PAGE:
Sunday, July 1, 2012
Well now, this is a little bit embarrassing. But hopefully you can derive the spirit of the bread pudding from the photo.
One of my kitchen (and life) philosophies is waste not, want not. It's not only for economical reasons; I truly believe that the most respect you can give to those who made your food possible - whether that means farmers, gardening neighbors, migrant workers, egg-laying hens, or the elk that gave its life for your dinner table - is to ensure the food is prepared with love and shared and consumed to its fullest extent. That bread you baked on Sunday gets eaten as sandwiches on Monday, French toast on Tuesday, salad croutons on Wednesday, and bread pudding on Thursday. That milk that is nearing its expiration date gets mixed into chocolate pudding or blended into a morning smoothie. That fruit nearing a state of over-ripeness turns into amazing fresh fruit popsicles. Those broccoli stems get cut up along with the broccoli head in the vegetable stir-fry. Coffee grounds and used tea leaves go into the garden. When you butcher a deer, you don't just cut out the backstraps and leave the rest of the carcass - you cut out all the meat (including the heart), donate the hide, give a bone to the dog, and put the horns up on the wall.
I don't think I'm alone in this. There is something ingrained in us that grieves at an overt display of waste - think landfills, litter, or that meal that someone barely touched that is getting thrown in the trash. Despite the influx of wealth in North Dakota and the conspicuous consumption that some have taken to because of it, many of us still harbor that instinct passed on from our salt-of-the-earth forefathers to make do with what you have, happily live a humble life, and say a prayer of appreciation for the nourishment that will carry us through to the next day. The simple acts of using our hands to knead bread dough, or dig in garden soil, or make venison sausage all represent so much more than food production; they are acts that connect us to the rhythms of life, helping us appreciate our food sources and bring greater respect to those who help create this Land of Plenty that we live in.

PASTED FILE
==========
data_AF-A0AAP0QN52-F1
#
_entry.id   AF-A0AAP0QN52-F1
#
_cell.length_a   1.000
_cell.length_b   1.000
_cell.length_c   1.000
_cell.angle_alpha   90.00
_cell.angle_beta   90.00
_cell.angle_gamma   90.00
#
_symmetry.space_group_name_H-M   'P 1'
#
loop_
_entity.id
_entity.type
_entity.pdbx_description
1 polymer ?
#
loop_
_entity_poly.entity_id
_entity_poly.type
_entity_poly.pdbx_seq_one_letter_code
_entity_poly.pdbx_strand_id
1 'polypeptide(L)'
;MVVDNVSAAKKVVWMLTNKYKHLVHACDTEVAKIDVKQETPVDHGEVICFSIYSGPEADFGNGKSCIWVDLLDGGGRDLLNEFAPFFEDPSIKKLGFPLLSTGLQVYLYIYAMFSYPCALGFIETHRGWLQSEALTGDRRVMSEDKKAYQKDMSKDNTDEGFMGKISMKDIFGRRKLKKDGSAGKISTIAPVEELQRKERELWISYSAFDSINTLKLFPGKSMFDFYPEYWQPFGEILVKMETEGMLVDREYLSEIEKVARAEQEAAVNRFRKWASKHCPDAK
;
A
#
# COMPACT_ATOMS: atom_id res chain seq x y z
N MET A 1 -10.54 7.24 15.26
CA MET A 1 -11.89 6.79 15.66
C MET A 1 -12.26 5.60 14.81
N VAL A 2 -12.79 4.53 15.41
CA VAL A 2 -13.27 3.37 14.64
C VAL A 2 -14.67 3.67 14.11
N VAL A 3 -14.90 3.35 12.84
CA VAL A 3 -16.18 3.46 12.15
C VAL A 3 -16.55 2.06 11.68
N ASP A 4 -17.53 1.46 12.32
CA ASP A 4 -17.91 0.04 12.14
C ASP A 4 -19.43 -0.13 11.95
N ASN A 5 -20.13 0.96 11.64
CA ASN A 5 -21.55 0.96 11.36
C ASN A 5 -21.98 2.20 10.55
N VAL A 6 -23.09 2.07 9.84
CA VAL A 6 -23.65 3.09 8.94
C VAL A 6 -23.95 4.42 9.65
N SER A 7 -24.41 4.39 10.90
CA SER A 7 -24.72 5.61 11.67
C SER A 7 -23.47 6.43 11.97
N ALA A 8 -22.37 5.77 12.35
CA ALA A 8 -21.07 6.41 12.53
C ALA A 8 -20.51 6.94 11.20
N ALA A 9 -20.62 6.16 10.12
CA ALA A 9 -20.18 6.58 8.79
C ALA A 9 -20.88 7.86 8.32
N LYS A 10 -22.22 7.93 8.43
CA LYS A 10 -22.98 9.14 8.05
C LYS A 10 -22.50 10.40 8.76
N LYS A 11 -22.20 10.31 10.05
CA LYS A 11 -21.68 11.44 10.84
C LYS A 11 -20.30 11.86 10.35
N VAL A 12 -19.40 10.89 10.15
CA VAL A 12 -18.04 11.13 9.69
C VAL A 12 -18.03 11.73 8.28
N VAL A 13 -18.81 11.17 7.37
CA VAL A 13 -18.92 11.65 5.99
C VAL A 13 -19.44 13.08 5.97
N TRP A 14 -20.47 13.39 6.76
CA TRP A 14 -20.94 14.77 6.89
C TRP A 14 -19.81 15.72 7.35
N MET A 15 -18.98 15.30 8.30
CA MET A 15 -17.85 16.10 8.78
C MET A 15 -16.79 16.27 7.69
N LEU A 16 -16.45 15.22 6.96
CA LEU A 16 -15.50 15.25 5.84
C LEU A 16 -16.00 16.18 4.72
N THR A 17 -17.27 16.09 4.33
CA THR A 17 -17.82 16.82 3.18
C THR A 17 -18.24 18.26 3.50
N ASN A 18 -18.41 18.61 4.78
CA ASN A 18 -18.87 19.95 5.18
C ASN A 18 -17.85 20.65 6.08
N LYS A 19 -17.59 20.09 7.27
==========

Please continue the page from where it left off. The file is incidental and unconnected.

Which brings me to bread pudding. The cherries are from my backyard, plucked off the trees as the robins squawked above me in protest; the eggs are from Steph in Driscoll; the bread is last remnants from a couple loaves baked earlier in the week. Put it all together, and that bite of cherry bread pudding is not only a beautiful breakfast; it's a representation of my community, a reflection of my place in the world, and a gesture of respect to all of those people and forces that made it possible.
Cherry Bread Pudding
Adapted from this recipe from the New York Times
4 oz. stale white or whole-wheat bread, crusts removed (weigh after removing crusts)
1 c. milk
1 tsp. vanilla extract
Butter for baking dish
3 eggs, separated
1/2 c. almond flour or almond meal
2 Tbls. honey
1/4 c. sugar
3/4 lb. cherries, pitted (I used sour cherries, mixed with a couple extra Tablespoons of sugar)
2 Tbls. sliced almonds
Tear or cut bread into small pieces. Combine milk and vanilla and toss with bread in a bowl. Let soak.
Butter a 8" x 8" baking dish. Arrange pitted cherries in the dish.
Stir or bread soaked bread until it becomes mush. Beat in egg yolks, almond flour, cinnamon and honey.
In a clean, dry bowl or the bowl of a stand mixer with the whip attachment, begin beating the egg whites on low speed. Gradually add the sugar, turn up the speed to high and whip until egg whites form a soft meringue, about 1 minute. Be careful not to overbeat. Gently fold the egg whites into the bread mixture. Scrape into baking dish and sprinkle with sliced almonds.
Bake at 375 degrees for 40 minutes or until puffed and golden brown. Serve warm.
Posted by Rhubarb and Venison at 10:07 AM